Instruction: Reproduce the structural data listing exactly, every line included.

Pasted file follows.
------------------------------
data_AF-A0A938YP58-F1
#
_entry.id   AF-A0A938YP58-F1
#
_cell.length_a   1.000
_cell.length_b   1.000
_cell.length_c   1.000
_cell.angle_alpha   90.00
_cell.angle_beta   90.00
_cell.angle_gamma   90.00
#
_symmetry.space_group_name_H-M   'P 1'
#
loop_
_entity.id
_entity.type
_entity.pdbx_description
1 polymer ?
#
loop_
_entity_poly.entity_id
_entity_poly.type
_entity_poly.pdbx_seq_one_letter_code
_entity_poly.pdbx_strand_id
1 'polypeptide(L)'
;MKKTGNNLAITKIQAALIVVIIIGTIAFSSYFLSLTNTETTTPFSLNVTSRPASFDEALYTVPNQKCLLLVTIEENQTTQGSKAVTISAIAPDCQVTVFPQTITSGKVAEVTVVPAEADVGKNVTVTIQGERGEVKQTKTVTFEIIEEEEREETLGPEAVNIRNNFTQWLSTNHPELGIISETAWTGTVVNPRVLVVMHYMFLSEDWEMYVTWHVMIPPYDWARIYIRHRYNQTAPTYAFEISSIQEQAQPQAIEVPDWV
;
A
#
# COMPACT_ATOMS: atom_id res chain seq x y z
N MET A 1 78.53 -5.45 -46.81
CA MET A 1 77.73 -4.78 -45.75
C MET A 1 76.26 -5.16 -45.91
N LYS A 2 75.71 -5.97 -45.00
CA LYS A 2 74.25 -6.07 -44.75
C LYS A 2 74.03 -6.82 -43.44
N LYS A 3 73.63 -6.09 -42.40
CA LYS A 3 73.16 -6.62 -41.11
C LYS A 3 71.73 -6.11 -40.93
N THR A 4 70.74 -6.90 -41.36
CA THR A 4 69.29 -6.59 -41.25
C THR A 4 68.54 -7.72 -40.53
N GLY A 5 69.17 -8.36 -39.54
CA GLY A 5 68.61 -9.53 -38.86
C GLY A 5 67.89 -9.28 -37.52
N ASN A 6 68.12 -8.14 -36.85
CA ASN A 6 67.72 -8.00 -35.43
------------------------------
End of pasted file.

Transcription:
data_AF-A0A938YP58-F1
#
_entry.id   AF-A0A938YP58-F1
#
_cell.length_a   1.000
_cell.length_b   1.000
_cell.length_c   1.000
_cell.angle_alpha   90.00
_cell.angle_beta   90.00
_cell.angle_gamma   90.00
#
_symmetry.space_group_name_H-M   'P 1'
#
loop_
_entity.id
_entity.type
_entity.pdbx_description
1 polymer ?
#
loop_
_entity_poly.entity_id
_entity_poly.type
_entity_poly.pdbx_seq_one_letter_code
_entity_poly.pdbx_strand_id
1 'polypeptide(L)'
;MKKTGNNLAITKIQAALIVVIIIGTIAFSSYFLSLTNTETTTPFSLNVTSRPASFDEALYTVPNQKCLLLVTIEENQTTQGSKAVTISAIAPDCQVTVFPQTITSGKVAEVTVVPAEADVGKNVTVTIQGERGEVKQTKTVTFEIIEEEEREETLGPEAVNIRNNFTQWLSTNHPELGIISETAWTGTVVNPRVLVVMHYMFLSEDWEMYVTWHVMIPPYDWARIYIRHRYNQTAPTYAFEISSIQEQAQPQAIEVPDWV
;
A
#
# COMPACT_ATOMS: atom_id res chain seq x y z
N MET A 1 78.53 -5.45 -46.81
CA MET A 1 77.73 -4.78 -45.75
C MET A 1 76.26 -5.16 -45.91
N LYS A 2 75.71 -5.97 -45.00
CA LYS A 2 74.25 -6.07 -44.75
C LYS A 2 74.03 -6.82 -43.44
N LYS A 3 73.63 -6.09 -42.40
CA LYS A 3 73.16 -6.62 -41.11
C LYS A 3 71.73 -6.11 -40.93
N THR A 4 70.74 -6.90 -41.36
CA THR A 4 69.29 -6.59 -41.25
C THR A 4 68.54 -7.72 -40.53
N GLY A 5 69.17 -8.36 -39.54
CA GLY A 5 68.61 -9.53 -38.86
C GLY A 5 67.89 -9.28 -37.52
N ASN A 6 68.12 -8.14 -36.85
CA ASN A 6 67.72 -8.00 -35.43